Mr. Tim Yeo (South Suffolk): I warmly welcome the latest, more encouraging projections about the future scale of the outbreak and very much hope that those will be confirmed by events in the next few weeks. Will the Minister confirm that, as his Ministry's figures show that 277,000 animals were awaiting slaughter on Tuesday of last week and that only 229,000 were slaughtered in the following seven days, at least 48,000 infected or dangerous contact animals remained unslaughtered for at least a week? As that shows that the Government are still a long way from meeting the 24-hour report-to-slaughter target described two weeks ago by the chief scientific adviser as essential if foot and mouth disease is to be brought under control, will the right hon. Gentleman undertake to continue to publish daily figures for the number of animals awaiting slaughter, the number being slaughtered and the number of carcases awaiting disposal?
Mr. Brown: The hon. Gentleman's approach is mistaken. The crucial intervention is between report and slaughter. We must get those figures down to under 24 hours. That is the advice from the epidemiologists and it was what we have set out to do. The hon. Gentleman is looking at animals that have been ordered for slaughter in infected premises and on neighbouring premises. The slaughter of animals on neighbouring premises is necessary, but it is an intervention of less significance--although important--than culling animals on infected premises. In fact, vets as a matter of routine are first slaughtering animals on infected premises that show signs of infection, before slaughtering the cohorts. To enable the House to understand the full range, for every three cases that are reported--that is what triggers the veterinary inspection--two turn out to be false alarms and only one is a real outbreak.
Mr. Yeo: Given what the Minister has said, will he therefore undertake to publish a separate figure within the total of animals awaiting slaughter for those that are infected and need to be slaughtered within the 24-hour target and those that are simply on neighbouring farms, for which I understand the target is 48 hours? The figures that I quoted show that even that lesser target is a long way from being met. Will he also confirm that as of today, about 1.5 million animals are awaiting slaughter under the welfare disposal scheme and that many of them are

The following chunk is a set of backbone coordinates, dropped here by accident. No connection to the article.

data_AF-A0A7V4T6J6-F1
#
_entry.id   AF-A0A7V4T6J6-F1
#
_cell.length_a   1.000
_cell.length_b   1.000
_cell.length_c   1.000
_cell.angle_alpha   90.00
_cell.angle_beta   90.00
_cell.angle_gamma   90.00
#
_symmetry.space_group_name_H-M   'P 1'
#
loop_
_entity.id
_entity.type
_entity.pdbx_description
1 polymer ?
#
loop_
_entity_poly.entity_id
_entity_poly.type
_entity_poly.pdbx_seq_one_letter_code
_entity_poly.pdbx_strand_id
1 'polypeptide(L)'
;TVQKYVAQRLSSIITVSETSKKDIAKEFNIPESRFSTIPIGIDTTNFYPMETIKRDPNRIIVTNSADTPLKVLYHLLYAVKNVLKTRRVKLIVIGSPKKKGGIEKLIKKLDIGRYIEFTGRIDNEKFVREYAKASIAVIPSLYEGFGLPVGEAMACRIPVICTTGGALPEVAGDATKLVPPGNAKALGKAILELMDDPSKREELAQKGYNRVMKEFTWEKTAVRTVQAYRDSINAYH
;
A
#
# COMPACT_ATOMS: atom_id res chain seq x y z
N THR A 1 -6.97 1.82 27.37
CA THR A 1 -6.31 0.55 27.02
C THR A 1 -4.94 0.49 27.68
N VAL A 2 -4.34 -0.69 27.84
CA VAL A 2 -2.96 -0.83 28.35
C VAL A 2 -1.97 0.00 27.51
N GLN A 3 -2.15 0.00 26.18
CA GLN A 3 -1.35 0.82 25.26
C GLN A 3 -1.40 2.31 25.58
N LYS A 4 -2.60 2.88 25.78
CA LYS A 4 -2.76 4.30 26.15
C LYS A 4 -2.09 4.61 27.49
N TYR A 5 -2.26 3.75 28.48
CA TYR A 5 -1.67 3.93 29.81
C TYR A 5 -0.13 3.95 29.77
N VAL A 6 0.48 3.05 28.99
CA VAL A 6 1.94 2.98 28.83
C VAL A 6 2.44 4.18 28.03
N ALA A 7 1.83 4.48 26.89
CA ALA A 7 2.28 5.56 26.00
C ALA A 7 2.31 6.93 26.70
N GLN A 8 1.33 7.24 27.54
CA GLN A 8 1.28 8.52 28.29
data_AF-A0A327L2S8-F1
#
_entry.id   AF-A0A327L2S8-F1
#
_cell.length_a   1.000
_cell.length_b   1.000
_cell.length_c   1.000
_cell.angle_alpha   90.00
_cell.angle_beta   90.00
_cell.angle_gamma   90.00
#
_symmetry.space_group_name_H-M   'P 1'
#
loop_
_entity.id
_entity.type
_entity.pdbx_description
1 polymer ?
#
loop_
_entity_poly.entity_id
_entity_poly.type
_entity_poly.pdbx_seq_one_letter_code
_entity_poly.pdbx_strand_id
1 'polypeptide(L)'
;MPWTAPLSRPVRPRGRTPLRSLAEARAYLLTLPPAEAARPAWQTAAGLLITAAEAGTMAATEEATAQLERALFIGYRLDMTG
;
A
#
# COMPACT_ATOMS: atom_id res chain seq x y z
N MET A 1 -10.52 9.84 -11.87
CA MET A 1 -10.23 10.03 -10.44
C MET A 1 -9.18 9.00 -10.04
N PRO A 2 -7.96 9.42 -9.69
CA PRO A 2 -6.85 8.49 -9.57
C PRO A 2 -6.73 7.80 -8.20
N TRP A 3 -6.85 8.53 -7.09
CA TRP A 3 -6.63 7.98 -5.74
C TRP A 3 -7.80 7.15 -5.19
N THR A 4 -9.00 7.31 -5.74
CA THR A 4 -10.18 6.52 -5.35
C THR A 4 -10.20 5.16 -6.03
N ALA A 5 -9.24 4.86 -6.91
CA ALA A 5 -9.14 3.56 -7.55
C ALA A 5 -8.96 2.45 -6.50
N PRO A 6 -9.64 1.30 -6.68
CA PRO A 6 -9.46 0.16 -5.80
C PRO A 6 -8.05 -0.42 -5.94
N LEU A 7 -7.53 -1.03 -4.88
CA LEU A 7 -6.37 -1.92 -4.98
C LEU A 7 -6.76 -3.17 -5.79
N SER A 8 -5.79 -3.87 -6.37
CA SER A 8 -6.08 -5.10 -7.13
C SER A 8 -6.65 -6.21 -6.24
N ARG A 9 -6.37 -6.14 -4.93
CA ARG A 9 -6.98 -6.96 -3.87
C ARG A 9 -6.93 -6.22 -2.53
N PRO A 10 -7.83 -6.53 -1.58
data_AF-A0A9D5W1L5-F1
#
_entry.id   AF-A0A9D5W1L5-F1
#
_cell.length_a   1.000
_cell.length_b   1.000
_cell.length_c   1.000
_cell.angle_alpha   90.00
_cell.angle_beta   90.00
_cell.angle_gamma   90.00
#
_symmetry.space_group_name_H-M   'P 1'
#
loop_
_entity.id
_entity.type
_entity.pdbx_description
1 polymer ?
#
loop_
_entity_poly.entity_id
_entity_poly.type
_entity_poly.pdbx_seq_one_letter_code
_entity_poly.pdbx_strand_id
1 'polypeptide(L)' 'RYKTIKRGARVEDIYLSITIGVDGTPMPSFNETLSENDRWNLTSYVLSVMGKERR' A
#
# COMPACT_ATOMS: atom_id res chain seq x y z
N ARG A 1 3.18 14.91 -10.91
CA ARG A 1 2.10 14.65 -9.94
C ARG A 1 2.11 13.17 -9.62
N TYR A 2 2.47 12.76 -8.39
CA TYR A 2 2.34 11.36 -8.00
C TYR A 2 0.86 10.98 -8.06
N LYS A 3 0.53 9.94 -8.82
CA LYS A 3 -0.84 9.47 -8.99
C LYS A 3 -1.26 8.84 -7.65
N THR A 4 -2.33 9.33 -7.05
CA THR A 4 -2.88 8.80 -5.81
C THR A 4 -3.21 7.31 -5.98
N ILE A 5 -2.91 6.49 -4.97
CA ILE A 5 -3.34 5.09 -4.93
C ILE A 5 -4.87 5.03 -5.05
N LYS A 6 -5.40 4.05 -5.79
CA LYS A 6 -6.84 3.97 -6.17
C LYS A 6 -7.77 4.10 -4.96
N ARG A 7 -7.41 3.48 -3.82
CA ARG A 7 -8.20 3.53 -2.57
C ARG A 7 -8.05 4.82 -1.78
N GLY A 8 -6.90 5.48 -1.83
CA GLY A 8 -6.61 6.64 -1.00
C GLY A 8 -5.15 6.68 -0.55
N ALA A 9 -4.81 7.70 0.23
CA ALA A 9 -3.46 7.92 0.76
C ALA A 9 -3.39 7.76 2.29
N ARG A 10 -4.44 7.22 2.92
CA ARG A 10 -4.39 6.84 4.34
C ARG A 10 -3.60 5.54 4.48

Mr. Brown: I have answered the hon. Gentleman's first question. The second was a perfectly proper question about the animal welfare scheme, which has proved to be very popular. If the industry were working completely normally, it would take five weeks of normal consumption to clear the animals that are being proposed for the scheme. This is a new scheme and it has been set up from a standing start. We have started to take animals away on a priority basis. The purpose of the scheme is to deal with genuine welfare issues. The hon. Gentleman is right to say that there is a backlog and we are trying to clear it, but I cannot promise the House that that will be easy given the popularity of the scheme.
Mr. Phil Sawford (Kettering): In Northamptonshire, as a result of one confirmed case, movements are restricted in a huge swath of my constituency, which leads to animal welfare and financial problems, and other farmers are falling foul of the BSE rules under the over-30-months scheme. Will my right hon. Friend look at the area covered by those restrictions and the time scale for them? Will he also look at the discrepancy between the 75 per cent. paid under the 30-months rule and the 100 per cent. paid under the foot and mouth rules, because some farmers are losing out through no fault of their own?
Mr. Brown: A number of anomalies are created by the movement restrictions, and they are unavoidable if we are to bear down on the disease. I will do what I can to help, and I promise my hon. Friend that I will look at the issues that he raises. However, I cannot move away from the very firmly imposed movement restrictions if we are to have any chance of eliminating the disease and returning quickly to normal trade.